Haiku: An OS for Framework?

I am currently a Mac user who is considering jumping ship.

Whilst there are plenty of Linux distros around, I have fond recollections of a year spent using an operating system called BeOS at the turn of the millennium. Sadly I suffered a break-in and the BeOS computer was stolen and I went back to Windows, until switching to Mac. That my time with BeOS was so cruelly cut short makes me yearn to have another go at it. Now that Haiku - an operating system inspired on BeOS - is approaching its 1.0 release - I am looking at acquiring a system that can run it.

I am therefore keen to hear any experiences or research in trying to boot and run Haiku on the Framework. Is it even possible at this stage? I am thinking the Thunderbolt ports - amongst other things - may not yet be supported.

Otherwise I think Haiku would be an excellent match with the Framework. Of interest to those calling for different Framework mainboard architectures, there are active ports for ARM and RISC-V.

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Haiku does not support newer tech very well and I think it is kind of foolish to buy something cutting edge and then try to run something like Haiku on it. That said, there is NOTHING wrong with someone doing that very thing.

It is just that it would probably make more sense to buy a used Thinkpad and run it on there. The x30 line is still pretty popular and all the parts are still available for it.

Or buy the Framework, run Linux on it, and run Haiku in a VM. Get all the benefits of your hardware being fully supported, and a super stable Haiku.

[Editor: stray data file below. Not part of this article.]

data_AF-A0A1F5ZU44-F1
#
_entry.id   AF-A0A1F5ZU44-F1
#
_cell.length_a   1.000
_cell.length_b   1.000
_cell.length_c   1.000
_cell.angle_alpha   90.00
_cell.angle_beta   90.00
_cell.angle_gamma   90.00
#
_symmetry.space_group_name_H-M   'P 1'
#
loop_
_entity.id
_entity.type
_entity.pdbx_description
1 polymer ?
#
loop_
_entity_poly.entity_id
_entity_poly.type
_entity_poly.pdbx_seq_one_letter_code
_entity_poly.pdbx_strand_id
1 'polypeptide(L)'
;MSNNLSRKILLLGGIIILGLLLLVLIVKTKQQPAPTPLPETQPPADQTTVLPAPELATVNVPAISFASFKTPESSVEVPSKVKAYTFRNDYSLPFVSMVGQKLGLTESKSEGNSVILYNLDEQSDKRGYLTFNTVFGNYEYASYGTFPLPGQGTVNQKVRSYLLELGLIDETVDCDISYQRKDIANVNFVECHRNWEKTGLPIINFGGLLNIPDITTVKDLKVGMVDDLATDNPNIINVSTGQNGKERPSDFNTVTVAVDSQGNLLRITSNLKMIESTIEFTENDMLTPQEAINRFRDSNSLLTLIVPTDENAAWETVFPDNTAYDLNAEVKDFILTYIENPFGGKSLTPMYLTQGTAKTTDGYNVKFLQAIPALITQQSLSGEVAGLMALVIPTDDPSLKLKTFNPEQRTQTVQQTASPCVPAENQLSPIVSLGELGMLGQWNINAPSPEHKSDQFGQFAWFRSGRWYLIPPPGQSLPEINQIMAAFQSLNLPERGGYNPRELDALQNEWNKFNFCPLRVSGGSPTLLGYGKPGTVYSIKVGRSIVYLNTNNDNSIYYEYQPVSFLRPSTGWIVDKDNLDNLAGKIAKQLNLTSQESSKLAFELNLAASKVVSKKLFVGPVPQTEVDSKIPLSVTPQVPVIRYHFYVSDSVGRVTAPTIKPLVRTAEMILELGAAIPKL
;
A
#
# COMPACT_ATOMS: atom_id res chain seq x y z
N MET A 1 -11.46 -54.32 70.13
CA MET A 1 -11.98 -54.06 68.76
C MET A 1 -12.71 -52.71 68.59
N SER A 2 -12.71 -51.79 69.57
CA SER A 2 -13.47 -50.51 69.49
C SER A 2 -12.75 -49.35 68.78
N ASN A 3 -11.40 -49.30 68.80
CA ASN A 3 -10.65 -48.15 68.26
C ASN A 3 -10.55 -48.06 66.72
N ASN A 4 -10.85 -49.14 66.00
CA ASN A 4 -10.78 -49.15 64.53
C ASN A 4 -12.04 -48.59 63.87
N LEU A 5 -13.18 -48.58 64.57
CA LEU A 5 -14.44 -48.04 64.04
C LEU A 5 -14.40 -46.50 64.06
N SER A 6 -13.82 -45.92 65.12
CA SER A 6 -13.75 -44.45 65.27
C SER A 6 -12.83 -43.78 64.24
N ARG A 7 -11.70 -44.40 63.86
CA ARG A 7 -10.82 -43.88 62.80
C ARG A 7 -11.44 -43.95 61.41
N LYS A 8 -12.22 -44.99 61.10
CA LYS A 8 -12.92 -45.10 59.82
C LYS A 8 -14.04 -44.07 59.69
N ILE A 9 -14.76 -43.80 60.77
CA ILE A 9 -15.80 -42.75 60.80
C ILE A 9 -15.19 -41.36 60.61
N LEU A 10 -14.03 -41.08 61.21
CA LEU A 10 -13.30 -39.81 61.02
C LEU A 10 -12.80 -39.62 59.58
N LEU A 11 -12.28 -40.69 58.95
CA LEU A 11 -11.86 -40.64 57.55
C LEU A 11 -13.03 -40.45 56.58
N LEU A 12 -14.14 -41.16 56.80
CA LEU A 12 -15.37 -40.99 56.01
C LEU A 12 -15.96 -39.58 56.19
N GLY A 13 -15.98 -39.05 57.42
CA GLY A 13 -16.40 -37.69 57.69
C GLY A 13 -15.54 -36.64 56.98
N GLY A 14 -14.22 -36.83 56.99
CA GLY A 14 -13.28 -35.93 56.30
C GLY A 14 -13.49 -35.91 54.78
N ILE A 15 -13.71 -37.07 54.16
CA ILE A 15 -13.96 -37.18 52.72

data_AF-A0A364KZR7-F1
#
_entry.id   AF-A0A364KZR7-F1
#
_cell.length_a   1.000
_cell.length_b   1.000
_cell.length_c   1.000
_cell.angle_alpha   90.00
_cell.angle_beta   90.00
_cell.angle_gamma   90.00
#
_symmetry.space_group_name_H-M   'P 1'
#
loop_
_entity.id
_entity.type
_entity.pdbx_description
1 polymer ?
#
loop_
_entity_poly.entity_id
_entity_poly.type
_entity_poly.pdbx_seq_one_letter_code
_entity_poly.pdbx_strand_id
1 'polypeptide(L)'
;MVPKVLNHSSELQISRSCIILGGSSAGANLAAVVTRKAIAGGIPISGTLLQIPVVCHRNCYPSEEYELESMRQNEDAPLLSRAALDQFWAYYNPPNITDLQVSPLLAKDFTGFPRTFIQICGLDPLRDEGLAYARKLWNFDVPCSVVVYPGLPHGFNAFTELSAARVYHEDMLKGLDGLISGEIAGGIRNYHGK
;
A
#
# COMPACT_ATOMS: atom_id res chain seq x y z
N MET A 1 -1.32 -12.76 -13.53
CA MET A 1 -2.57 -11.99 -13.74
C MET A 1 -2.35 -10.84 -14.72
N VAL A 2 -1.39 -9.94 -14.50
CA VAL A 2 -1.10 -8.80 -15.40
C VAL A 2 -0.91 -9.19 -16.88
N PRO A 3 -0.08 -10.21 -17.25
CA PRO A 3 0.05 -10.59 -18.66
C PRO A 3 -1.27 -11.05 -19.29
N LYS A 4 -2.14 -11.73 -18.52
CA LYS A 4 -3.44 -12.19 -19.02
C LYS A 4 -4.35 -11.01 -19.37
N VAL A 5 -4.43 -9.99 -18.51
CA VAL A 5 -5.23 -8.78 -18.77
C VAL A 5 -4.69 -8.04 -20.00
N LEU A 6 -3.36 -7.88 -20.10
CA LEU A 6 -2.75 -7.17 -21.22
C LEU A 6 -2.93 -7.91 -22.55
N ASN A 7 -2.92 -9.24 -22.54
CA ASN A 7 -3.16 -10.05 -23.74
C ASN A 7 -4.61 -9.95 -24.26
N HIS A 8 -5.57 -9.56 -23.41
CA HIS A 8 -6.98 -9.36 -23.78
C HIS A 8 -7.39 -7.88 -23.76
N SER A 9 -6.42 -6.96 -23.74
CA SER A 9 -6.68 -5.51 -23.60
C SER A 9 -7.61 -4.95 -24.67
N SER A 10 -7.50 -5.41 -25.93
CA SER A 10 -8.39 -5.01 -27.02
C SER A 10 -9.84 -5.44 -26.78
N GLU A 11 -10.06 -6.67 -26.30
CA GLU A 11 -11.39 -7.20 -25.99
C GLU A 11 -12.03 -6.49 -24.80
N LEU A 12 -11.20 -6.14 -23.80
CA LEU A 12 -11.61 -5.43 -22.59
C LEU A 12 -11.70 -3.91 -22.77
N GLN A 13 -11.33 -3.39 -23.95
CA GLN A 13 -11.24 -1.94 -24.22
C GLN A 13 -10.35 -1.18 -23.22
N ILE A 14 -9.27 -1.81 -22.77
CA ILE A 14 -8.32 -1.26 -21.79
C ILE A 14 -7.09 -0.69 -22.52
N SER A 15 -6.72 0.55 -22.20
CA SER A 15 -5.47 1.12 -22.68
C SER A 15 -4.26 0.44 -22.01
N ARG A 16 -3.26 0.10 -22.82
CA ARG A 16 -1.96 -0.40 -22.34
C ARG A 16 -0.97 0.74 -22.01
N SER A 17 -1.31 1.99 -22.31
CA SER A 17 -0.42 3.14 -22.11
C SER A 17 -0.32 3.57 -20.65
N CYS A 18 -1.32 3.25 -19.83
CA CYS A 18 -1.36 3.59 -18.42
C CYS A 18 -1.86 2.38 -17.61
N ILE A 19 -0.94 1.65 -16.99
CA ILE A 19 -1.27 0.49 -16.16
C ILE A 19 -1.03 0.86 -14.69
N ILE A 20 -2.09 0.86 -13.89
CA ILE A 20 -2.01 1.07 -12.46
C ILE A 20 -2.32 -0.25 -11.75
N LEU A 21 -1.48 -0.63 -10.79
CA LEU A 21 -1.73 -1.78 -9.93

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Alas! In my testing the Haiku bootloader (UEFI compatible, Secure Boot enabled) can’t load up the kernel over USB or from NVMe.

I blatted the latest nightly anyboot image to a partition on the SSD, and it never gets past the first boot phase.

Unfortunately, on-screen debug logging doesn’t even start before it fails.

I’m still hopeful though!

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I agree that the best course of action to try Haiku is to get a suitable used machine, ideally with reference to their hardware compatibility guide.

As for me, I still have a 12" MacBook from 2016 which works still. Whilst not a state of affairs that will last forever, I will keep it whilst it runs the current MacOS. It is getting increasingly inadequate in the face of MacOS bloat, and when it stops getting updates, Haiku is on the shortlist.

Hope springs eternal! It’s great to hear you have had a go at it already, I await reports of further installation attempts with bated breath…

Incidentally, from the Wikipedia page:

The modular design[16] of BeOS allowed individual components of Haiku to initially be developed in teams in relative isolation, in many cases developing them as replacements for the BeOS components prior to the completion of other parts of the operating system.

In other words, the design philosophy employed by BeOS (and subsequently Haiku) mirrors in software that of the Framework hardware itself. A match made in heaven, you might think.

Recent Haiku nightly images boot fully to the desktop. I had tried for months but it would hang up late in the process, apparently when selecting a video mode. That said, mouse movements and clicks are extremely laggy (USB mouse, trackpad did not work) and it’s not very useable as such. Still very good to see and shows the Haiku team is catching up to more modern hardware.

https://download.haiku-os.org/nightly-images/x86_64/

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This just isn’t true. Haiku runs great on most Ryzen desktop systems, for instance. I run it myself on an Ryzen 3700X system, and it works fine. (I had to make some fixes to the WiFi stack for this hardware, but it at least booted on the first attempt when I got this system 2 years ago.) Other developers and community members have similar hardware.